“Hula hoop” is a verb

my hoop in the only position it holds for more than 2 seconds

Shortly after buying a hula hoop last summer, I moved it from a spot downstairs where I couldn’t miss it to a hiding place upstairs.  I had read about hula hoops as the latest exercise craze:  stand in front of your TV and swirl yourself a new waistline while experiencing a complete aerobic workout.  I was proficient at hula hooping as a kid, and yes, I’ve seen “hula hoop” used as a verb.  I remember constantly asking my parents to watch me and always being able to keep the hoop spinning longer than my mother could.

In August, when I brought home my new pink, sparkly hoop, I immediately went outside to begin my workout. Could anything be better than exercising in the back yard, bare feet in the grass, on a breezy summer’s day?  It turns out that “yes” was the best answer to that question.  My new hula hoop, purchased at Toys R Us, didn’t feel quite right.  It lacked the heft of the old one, at least as far as my aging brain could remember.  It didn’t actually say “hula hoop” on the label.  Maybe it was invented for some other purpose and was not a tool to wear down my waistline.  What’s worse, it was obviously defective.  I know this because it could only could make one revolution around my circumference before dropping to the ground, not just the first time I tried it, but every time.

A month ago I was reminded of my now-lonely hula hoop, when I saw a class advertised at my local Y: How to hula hoop and how to make a hula hoop. Unfortunately I already had a commitment that day and missed the class.

Once again I put my hula hoop out of my mind, until yesterday when I got an email from fellow Blundering Blogger Jackie.   “This seemed like a subject you might want to give a whirl.  http://endlessbeauty.com/articles/my-hula-hoop-hoopla-newest-fitness-trend
If you follow the link you will see that another woman experienced the same challenges  I did in attempting to remind her hips of the days when they could swivel rhythmically and hold the hula hoop in place, no hands.  The article contained a link to another website:  www.hooping.org.  For a few minutes this site seemed like the solution to helping me overcome my earlier failures.  In some ways the best news I got from it was that I had mistakenly purchased a child’s hula hoop and that it was too small and too light weight for adults.  I followed the link to “how to hula hoop” and learned that you don’t swivel your hips; instead you rock back and forth.  This advice extended the revolutions completed by my hula hoop from one to three.  I then found directions for making an adult hula hoop and went immediately in search of my husband to tell him the good news. “I’m not making a hula hoop,” he said, “and you’d better not get involved with one of those that you use to make a ring of fire,” he added, as if a hula hoop circus act was something I had been seriously considering.  Undeterred, I went back on-line, only to find prices ranging from $43 to $58.  I’m going to put my child’s hula hoop back in the closet while I wait for the news about a 16-year-old starlet who has a new DVD and book out on the health benefits of hula hooping and is making a bundle from her licensed speciality hula hoop brand. Meanwhile I have to figure out how Jackie learned of my hula fitness dreams and subsequent shame.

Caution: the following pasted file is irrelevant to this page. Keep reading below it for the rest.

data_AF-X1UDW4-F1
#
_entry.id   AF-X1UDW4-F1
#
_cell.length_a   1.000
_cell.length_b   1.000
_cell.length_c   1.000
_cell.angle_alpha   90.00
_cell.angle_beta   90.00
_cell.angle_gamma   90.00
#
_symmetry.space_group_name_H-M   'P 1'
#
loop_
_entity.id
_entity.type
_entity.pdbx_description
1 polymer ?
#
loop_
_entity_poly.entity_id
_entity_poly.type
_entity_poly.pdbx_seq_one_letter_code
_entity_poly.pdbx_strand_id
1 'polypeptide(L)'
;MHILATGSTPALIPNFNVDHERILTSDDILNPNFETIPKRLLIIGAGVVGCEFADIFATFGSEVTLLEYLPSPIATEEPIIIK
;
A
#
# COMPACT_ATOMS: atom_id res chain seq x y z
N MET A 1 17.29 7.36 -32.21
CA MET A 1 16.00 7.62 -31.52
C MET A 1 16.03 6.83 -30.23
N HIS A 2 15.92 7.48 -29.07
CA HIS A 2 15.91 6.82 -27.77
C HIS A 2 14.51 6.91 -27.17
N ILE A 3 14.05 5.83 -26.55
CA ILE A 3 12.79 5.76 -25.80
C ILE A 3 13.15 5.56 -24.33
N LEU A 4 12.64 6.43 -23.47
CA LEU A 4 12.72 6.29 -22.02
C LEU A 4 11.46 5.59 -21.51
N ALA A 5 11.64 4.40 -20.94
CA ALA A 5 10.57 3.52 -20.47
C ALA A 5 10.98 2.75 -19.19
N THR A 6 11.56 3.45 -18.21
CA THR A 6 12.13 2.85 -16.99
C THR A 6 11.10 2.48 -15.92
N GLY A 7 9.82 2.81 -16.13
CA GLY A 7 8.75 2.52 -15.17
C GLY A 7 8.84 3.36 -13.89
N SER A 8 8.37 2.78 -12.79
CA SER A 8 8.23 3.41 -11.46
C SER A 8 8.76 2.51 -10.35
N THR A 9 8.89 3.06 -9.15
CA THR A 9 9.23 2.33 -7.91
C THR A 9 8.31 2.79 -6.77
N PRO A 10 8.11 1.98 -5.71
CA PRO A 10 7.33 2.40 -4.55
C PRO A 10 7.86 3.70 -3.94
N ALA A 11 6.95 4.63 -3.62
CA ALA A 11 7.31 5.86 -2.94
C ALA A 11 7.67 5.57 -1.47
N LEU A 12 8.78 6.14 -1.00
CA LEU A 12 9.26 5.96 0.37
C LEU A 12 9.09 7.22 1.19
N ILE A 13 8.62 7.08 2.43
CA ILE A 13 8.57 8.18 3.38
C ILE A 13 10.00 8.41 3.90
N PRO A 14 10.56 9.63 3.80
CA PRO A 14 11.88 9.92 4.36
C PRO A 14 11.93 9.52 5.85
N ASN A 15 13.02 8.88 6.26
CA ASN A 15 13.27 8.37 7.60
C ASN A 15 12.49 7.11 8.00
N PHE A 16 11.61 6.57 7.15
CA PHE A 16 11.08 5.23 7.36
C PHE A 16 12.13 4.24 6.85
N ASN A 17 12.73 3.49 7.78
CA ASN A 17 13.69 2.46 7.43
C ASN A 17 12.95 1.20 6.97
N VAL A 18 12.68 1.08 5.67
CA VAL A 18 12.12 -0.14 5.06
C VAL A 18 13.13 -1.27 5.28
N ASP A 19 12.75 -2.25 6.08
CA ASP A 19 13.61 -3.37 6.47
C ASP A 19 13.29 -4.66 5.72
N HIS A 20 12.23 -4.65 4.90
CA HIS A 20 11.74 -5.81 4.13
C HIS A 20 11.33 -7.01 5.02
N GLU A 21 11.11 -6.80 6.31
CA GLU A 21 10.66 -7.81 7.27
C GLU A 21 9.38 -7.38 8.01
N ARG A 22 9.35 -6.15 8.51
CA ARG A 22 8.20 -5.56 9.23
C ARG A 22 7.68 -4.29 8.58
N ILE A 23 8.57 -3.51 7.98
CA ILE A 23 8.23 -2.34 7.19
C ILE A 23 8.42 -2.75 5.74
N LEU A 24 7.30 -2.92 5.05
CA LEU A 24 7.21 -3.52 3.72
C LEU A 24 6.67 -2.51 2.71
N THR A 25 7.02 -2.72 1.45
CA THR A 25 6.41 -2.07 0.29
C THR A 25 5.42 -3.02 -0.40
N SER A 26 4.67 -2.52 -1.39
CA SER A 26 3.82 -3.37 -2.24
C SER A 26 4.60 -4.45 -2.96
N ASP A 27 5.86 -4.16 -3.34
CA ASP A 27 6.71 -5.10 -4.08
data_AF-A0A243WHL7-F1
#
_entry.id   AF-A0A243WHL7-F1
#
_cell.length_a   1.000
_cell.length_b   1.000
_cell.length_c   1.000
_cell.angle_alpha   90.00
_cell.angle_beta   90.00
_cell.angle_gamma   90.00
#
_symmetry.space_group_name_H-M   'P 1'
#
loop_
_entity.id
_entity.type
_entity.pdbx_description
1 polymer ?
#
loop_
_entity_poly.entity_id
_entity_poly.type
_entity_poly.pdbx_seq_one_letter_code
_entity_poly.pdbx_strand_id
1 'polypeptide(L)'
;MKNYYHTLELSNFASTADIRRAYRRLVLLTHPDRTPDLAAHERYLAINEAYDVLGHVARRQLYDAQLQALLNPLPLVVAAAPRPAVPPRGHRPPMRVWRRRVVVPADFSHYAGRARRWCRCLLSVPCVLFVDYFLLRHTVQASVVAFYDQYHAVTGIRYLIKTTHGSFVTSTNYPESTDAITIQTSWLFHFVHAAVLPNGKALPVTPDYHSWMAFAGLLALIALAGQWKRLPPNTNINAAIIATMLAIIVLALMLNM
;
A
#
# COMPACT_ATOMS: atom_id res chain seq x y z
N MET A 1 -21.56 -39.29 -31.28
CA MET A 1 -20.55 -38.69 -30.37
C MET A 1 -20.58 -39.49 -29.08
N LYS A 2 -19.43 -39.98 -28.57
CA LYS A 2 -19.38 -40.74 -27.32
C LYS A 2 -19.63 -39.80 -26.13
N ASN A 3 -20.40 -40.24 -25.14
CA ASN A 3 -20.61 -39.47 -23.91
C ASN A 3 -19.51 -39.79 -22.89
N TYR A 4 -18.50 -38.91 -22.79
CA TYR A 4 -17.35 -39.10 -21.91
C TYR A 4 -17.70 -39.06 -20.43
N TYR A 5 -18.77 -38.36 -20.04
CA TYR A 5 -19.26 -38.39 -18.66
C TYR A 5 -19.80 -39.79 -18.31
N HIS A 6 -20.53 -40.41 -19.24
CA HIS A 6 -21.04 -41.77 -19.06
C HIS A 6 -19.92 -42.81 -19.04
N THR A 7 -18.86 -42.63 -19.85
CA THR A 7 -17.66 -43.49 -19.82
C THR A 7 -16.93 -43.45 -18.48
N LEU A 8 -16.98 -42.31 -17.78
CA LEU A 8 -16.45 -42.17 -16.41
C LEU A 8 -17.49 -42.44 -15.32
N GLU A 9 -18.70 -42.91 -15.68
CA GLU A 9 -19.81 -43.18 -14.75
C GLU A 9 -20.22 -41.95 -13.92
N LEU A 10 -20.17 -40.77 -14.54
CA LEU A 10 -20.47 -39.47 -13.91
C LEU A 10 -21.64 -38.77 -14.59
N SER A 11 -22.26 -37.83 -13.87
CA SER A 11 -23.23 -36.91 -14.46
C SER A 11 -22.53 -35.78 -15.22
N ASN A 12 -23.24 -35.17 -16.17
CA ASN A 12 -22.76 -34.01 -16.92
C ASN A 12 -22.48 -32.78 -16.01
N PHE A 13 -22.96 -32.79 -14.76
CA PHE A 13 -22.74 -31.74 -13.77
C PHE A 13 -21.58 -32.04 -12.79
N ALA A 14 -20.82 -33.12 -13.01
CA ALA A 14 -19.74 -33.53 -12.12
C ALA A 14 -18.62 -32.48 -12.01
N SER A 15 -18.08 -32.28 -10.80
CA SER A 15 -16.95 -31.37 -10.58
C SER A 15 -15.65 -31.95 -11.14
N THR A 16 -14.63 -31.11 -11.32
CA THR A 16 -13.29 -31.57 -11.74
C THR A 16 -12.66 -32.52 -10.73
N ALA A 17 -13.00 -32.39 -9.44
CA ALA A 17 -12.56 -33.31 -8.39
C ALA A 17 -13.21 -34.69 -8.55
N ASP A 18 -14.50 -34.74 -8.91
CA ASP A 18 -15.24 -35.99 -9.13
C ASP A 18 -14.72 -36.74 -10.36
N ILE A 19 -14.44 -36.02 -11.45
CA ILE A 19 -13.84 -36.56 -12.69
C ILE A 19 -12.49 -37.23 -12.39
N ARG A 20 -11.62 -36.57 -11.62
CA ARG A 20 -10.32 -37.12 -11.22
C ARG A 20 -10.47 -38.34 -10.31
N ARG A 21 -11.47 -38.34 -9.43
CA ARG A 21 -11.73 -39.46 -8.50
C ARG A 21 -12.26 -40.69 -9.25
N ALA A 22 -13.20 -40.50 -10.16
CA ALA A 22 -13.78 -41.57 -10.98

About stillalife

I retired June 30, 2010 after working for 40 years in the field of education and most recently doing school public relations/community outreach in a mid-size urban school district. I wrote for superintendents and school board members. Now I'm writing for me and I hope for you. In this blog, I offer my own views coupled with the latest research on how to preserve our physical and mental health as we age, delve into issues most of us over 50 can relate to like noticing wrinkles and forgetting where we left our keys, discuss the pros and cons of different ways to engage our minds and bodies after we leave the workplace, and throw in an occasional book review, all peppered with a touch of humor, irony, and just plain silliness.
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One Response to “Hula hoop” is a verb

  1. Marilyn says:

    I can’t stop laughing. Erma Bombeck, move over!

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